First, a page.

Ramadan begins in much of the Middle East amid rising food prices

The Muslim holy month of Ramadan began at sunrise Saturday in much of the Middle East, where an invasion from Russia or Ukraine has driven up food and energy prices, reported the PA.

Driving the news: Muslim-majority countries, including Saudi Arabia, Egypt, Syria, Sudan and the United Arab Emirates, had announced that Ramadan, when many dawn-to-dusk fasts, would start on Saturday morning.

  • Many in Indonesia planned to start observing on Sunday, as did some Shiites in Lebanon, Iran and Iraq.
  • Jordan, a predominantly Sunni country, also declared the first day of Ramadan to be Sunday, per AP.

The big picture: The start of Ramadan comes as the United Nations has warned that “people’s resilience [in the Middle East and North Africa] is at breaking point” due to soaring prices of staple foods in the import-dependent region.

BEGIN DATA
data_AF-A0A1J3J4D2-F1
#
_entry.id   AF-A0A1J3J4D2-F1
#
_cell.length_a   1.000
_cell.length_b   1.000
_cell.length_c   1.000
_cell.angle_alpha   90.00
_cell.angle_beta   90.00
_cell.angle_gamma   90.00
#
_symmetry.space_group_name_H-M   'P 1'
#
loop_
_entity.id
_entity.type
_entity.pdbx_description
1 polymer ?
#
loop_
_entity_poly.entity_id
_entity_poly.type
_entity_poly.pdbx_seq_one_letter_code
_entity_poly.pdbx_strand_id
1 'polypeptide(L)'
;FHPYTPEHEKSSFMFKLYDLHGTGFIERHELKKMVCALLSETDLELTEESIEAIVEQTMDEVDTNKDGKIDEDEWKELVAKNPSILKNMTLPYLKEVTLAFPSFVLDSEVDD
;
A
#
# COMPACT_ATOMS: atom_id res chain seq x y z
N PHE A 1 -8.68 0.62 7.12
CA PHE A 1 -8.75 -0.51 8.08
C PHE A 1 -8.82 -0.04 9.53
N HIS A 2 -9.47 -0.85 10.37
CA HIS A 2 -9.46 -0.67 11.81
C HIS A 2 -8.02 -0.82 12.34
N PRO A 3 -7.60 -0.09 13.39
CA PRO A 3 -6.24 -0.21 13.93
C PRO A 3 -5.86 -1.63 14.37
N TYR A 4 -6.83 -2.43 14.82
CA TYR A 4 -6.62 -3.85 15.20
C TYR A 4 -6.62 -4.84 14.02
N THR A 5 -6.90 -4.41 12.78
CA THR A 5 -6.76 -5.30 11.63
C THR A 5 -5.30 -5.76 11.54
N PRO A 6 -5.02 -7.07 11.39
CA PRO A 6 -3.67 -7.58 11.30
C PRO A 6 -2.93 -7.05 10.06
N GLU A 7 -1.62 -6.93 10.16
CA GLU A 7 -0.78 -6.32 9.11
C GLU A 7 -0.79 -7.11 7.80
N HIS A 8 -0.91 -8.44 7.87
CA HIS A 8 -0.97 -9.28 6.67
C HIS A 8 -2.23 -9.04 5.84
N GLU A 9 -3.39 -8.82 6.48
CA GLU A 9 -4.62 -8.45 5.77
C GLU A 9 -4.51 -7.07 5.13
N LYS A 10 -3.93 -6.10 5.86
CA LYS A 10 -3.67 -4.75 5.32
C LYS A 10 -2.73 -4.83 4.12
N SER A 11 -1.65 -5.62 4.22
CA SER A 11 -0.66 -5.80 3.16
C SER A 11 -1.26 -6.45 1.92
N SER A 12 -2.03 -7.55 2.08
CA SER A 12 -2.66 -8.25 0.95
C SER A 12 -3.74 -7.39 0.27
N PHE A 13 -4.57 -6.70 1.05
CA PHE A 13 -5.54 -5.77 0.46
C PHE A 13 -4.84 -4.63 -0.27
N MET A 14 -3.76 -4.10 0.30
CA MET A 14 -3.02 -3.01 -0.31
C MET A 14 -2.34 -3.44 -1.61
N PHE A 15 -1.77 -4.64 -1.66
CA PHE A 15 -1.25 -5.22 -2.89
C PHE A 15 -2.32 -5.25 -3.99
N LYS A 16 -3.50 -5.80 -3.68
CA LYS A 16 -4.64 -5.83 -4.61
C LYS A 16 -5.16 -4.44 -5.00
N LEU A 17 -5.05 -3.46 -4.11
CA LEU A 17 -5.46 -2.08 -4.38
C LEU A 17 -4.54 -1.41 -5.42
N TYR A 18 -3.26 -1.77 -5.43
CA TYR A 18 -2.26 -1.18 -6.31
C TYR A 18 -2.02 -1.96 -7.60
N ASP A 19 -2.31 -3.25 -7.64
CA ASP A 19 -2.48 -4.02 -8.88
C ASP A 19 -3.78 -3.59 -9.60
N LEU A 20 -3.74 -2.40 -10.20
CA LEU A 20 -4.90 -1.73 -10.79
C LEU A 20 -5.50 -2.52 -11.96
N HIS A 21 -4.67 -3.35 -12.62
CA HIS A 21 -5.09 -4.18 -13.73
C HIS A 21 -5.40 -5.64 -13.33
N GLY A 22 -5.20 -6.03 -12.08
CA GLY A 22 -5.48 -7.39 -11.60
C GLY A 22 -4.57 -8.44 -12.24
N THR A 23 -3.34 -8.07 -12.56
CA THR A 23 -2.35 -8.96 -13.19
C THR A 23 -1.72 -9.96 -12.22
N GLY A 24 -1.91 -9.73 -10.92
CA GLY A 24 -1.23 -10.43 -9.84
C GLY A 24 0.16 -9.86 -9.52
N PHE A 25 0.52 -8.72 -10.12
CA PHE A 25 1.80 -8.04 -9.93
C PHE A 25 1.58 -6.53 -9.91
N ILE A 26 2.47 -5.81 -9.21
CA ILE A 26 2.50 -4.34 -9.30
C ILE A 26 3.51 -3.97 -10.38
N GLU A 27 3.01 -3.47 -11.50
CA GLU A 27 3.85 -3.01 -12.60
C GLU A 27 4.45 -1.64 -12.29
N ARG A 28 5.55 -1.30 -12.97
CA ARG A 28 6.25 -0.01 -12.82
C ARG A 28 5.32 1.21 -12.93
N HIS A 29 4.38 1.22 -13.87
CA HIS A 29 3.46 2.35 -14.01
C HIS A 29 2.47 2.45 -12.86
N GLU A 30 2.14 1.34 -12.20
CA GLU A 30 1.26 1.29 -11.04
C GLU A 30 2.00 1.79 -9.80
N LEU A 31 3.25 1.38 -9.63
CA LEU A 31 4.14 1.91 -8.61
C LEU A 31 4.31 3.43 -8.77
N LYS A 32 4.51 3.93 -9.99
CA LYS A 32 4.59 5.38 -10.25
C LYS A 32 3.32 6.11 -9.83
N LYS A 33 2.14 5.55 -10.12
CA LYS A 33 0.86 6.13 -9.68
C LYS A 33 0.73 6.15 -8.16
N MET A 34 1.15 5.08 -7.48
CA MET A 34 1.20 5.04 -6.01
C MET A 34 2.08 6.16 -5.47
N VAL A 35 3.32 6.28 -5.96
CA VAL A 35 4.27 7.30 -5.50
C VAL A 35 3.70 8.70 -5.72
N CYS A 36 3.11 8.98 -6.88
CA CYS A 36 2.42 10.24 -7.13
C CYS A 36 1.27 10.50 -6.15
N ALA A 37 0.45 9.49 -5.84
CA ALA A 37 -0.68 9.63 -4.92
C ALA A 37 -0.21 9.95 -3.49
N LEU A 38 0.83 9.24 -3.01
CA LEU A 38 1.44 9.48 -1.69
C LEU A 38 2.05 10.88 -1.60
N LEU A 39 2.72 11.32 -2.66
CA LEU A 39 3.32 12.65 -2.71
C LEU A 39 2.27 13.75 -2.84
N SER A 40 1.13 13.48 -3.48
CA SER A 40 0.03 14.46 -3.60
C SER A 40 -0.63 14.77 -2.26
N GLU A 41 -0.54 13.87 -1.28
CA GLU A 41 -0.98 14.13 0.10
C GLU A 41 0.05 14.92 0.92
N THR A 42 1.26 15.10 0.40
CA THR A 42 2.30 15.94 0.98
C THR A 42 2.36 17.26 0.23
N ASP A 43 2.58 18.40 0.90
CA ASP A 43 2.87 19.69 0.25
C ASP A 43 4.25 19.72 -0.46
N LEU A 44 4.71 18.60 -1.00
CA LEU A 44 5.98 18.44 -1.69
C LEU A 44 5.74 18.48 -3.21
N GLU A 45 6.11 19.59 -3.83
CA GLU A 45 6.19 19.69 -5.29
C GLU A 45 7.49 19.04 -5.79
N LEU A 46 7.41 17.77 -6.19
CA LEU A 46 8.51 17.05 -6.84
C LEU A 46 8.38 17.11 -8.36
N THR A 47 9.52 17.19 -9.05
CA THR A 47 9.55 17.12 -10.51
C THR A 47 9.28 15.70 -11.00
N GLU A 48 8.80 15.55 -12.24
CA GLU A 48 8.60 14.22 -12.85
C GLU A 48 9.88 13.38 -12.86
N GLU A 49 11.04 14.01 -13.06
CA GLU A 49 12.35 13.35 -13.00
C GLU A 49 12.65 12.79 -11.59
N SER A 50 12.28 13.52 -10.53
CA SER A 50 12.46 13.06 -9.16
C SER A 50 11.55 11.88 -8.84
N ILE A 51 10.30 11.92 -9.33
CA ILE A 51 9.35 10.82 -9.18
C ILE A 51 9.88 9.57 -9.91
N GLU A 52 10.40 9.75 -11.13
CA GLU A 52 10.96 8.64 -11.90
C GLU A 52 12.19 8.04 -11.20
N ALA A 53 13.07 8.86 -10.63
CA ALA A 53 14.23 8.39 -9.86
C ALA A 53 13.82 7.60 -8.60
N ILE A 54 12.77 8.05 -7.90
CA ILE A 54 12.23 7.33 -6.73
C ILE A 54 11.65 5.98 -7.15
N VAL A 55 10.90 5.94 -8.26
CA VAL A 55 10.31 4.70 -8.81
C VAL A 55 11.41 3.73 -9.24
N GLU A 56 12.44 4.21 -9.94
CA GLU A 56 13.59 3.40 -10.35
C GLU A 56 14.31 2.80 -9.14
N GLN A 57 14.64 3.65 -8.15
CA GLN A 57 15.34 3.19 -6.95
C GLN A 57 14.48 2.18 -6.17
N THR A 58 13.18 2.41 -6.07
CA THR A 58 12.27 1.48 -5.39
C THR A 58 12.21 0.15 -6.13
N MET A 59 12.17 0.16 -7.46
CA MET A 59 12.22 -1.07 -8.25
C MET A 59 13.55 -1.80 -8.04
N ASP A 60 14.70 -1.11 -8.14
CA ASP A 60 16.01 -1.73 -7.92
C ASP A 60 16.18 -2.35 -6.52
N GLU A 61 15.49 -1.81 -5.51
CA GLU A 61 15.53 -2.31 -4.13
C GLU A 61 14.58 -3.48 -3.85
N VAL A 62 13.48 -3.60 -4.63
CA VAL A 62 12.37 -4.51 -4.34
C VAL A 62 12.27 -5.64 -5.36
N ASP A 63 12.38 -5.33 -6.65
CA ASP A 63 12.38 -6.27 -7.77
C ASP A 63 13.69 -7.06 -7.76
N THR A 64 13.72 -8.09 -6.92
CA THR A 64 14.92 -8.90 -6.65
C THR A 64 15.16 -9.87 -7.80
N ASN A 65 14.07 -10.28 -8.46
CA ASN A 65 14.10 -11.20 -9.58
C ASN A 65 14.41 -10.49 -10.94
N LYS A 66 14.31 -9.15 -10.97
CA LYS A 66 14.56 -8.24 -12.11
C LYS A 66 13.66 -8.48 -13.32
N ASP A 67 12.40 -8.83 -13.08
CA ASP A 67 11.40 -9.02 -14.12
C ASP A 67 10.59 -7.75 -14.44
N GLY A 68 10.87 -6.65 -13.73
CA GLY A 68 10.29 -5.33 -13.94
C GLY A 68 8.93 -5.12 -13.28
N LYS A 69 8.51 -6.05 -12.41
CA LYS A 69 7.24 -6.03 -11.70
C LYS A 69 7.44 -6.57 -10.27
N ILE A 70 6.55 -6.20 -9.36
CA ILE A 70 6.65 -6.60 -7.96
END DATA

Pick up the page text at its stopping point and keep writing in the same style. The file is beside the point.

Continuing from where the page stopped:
• “We are extremely concerned about the millions of people in this region who are already struggling to access enough food due to a toxic combination of conflict, climate change and the economic consequences of Covid-19,” Corinne said. Fleischer, regional manager of the United Nations World Food Programme. Director for the Middle East and North Africa, said in a statement.
  • “This crisis is creating shock waves in food markets that affect every household in this region. No one is spared.”

By the numbers: The cost of a basic food basket, the minimum food needs per family per month, has risen 351% in Lebanon, the highest in the region, according to the UN.

  • Syria saw a 97% increase in costs and Yemen an 81% increase.

Between the lines: “Even before the conflict in Ukraine, inflation and rising prices put basic foodstuffs out of reach for the most vulnerable.

Go further: Soaring wheat prices set to sow more suffering

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